Near the end of my runs, I’ll usually play “I Know the End,” Punisher’s closer. The song begins mid-tempo, a finger-picked guitar melody, circling for a few verses before extending outward as if leaving a cul-de-sac for the long stretch of road ahead. It breaks down, breaks away, grows desperate and pleading, then wild, raging, unhinged. Horns swell, strings build. Bridgers and her band, joined by more than a few musical friends, repeat “the end is here,” an apocalyptic mantra that oscillates between acceptance and threat. And then, exquisitely, they scream. The sound is magnificent; it is all-consuming, tornado-like. I never run faster than during this moment. On more than one occasion, it’s begun to rain. On more than one occasion, I’ve given myself chills (shut up, I know).
When I told my roommate this, she looked at me with the pure revulsion reserved for watching a rat scuttle inches past your toes. Or maybe it was shock. Bewilderment, definitely. “You run to that?” she asked, and her voice climbed an octave.
I appreciate that it’s mildly psychotic to listen to sad music while working out. I listen to sad music all the time, even when I’m not sad, a habit for which I’ve been accused of masochism. So I’ll amend my description: I have a playlist for angsty, cathartic runs. There’s some emo, some pop-punk, a lot of sad, indie, white girls (always in my rotation), but the organizing principle is melody (I like a pop hook!). There’s some screaming. There’s a fuckton of electric guitar.
My roommate comes home from a run and she skips around the living room like she’s been handed three espressos and a check. I come home from a run feeling like I just passed a tapeworm or something. I find that running, my headphones turned to deafness, is the shadow of live music. The sound surrounds me, I hit the pavement with it, I expel it from my body. I am the song. I can no longer distinguish between what fills my head and what lives outside of it. I am just noise. I can’t attend to my neuroses because there simply is no room for them. The music has pushed them out.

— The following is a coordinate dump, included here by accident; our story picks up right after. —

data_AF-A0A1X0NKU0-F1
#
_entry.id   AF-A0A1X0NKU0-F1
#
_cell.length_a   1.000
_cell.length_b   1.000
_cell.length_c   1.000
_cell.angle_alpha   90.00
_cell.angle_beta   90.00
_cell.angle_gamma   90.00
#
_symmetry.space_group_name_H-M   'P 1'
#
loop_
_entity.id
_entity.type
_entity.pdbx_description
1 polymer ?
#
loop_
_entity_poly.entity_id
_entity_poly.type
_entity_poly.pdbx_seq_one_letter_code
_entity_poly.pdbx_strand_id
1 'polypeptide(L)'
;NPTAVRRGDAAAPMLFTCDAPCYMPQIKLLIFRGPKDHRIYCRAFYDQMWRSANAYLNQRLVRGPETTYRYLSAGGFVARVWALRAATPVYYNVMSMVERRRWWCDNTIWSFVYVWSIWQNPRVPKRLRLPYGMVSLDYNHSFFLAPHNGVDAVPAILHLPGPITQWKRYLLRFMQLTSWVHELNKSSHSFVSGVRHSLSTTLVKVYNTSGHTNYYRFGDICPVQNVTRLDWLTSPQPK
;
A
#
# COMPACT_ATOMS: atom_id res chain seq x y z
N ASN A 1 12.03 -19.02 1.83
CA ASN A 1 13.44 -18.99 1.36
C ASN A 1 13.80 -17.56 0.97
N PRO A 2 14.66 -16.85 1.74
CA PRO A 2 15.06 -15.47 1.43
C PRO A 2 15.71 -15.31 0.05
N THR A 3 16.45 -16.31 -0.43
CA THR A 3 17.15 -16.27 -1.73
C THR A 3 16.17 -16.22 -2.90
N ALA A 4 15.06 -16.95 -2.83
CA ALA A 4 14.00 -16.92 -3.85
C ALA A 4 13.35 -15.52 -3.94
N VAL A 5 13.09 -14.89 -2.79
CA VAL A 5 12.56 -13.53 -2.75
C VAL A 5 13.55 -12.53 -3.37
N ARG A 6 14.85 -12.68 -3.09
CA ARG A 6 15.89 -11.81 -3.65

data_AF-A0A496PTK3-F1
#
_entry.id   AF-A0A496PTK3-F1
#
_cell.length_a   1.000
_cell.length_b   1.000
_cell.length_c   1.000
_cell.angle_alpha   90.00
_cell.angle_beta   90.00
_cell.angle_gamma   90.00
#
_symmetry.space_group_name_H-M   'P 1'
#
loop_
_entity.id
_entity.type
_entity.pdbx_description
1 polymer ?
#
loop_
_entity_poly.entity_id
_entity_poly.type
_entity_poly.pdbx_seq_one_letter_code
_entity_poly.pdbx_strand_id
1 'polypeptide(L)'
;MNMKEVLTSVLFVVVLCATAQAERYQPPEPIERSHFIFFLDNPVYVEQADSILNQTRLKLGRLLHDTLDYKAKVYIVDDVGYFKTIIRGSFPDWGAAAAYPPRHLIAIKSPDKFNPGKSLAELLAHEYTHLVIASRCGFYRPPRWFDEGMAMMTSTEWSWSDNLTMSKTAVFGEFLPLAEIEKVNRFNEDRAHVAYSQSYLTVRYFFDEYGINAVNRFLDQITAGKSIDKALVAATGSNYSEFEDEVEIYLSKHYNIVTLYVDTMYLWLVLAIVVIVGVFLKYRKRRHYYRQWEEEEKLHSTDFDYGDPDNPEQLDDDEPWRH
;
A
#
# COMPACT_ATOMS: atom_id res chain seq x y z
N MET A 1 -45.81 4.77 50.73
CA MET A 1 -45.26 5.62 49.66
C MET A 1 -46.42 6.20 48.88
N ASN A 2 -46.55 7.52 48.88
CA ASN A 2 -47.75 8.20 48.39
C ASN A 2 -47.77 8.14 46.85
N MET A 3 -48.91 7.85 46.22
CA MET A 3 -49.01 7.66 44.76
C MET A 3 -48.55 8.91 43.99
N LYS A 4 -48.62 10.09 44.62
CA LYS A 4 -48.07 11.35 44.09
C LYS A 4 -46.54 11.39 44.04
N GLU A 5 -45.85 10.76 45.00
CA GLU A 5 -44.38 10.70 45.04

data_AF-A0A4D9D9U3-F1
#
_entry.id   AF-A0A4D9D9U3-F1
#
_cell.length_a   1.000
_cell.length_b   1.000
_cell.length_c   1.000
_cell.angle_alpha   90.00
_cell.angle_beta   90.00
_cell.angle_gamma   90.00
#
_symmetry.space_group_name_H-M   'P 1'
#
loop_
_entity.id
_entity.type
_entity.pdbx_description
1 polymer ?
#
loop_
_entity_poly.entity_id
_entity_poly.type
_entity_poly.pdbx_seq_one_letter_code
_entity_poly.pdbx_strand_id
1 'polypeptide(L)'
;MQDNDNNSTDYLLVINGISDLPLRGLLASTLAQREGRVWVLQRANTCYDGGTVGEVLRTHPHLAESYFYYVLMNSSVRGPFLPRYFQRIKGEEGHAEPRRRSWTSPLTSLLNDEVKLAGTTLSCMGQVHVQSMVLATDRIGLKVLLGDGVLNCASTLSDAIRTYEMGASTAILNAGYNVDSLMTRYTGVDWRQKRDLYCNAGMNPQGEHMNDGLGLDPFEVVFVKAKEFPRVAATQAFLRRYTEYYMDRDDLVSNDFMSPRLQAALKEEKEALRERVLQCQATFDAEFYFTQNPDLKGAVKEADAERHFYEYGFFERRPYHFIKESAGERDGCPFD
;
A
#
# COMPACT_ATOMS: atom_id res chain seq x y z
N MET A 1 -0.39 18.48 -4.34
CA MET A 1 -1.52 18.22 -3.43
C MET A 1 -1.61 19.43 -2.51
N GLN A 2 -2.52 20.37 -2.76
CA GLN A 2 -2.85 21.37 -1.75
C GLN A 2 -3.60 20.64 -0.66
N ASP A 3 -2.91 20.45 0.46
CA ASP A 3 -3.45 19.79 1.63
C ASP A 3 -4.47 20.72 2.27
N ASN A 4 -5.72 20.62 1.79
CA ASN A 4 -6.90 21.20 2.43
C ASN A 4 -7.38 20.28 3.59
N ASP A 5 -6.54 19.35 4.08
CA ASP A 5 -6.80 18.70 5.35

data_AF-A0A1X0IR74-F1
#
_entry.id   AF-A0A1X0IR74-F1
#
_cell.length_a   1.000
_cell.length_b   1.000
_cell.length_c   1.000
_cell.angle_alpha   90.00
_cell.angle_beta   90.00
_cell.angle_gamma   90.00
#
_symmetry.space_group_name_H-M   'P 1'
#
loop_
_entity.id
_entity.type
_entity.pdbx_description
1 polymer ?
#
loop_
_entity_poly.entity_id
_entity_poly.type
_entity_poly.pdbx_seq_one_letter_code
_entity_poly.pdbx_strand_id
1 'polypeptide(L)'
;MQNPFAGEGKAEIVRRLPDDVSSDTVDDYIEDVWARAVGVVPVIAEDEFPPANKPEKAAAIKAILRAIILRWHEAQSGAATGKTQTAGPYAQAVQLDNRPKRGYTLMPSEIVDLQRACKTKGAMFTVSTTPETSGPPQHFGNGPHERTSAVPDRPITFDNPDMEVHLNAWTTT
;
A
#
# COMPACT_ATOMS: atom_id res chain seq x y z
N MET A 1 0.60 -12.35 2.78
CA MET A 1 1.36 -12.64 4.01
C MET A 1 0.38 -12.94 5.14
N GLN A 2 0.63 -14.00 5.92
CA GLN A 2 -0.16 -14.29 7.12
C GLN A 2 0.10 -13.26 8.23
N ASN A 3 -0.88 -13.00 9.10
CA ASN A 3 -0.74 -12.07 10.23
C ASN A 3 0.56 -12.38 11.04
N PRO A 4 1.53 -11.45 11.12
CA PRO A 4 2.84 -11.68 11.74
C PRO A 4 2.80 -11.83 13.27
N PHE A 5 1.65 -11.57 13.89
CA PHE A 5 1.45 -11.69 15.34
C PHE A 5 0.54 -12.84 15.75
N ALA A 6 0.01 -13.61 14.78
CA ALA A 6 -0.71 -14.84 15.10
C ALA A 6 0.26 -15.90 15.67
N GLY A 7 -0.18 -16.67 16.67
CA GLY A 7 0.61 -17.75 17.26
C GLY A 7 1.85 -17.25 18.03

I guess this is all to say that while I’m running, I can’t think about whether I want to live because all I feel is the living itself: it’s one foot in front of the other, turn left, breathe in through my nose out through my mouth. The music propels me forward—it’s the message electrifying my synapses, telling my body to move.
Returning to the Red Rocks stream: at certain points during the performance, the website would prompt you to clap/yell/holler into your laptop’s microphone. The voices of people who sat alone in their homes and heard only their own echoes spilled onto the stage. It felt depressing to me so I stayed silent. A little blue message bubbled up: I can’t hear you!
A lot of us are searching for intimacy in new places, our usual wells taped off. It’s possible to excavate that feeling in ourselves. What I would give to stand on aching heels, elbows knocking into strangers who knocked into more elbows. What I would give to not hear my own scream as it tumbled out against the others. For now—for many of us—there’s only you, and the arena between your ears.
Try some of these tracks on your next run:
Better Oblivion Community Center, “Big Black Heart”
Snail Mail, “Static Buzz”
The Hotelier, “Your Deep Rest”
Bristletongue, “Thistle Among Roses”
beabadoobee, “Worth It”
boygenius, “Stay Down”
The Menzingers, “After the Party”
PUP, “See You at Your Funeral”
Daddy Issues, “Dog Years”
Jawbreaker, “Accident Prone”
Julien Baker, “Turn Out the Lights”
Phoebe Bridgers, “I Know the End”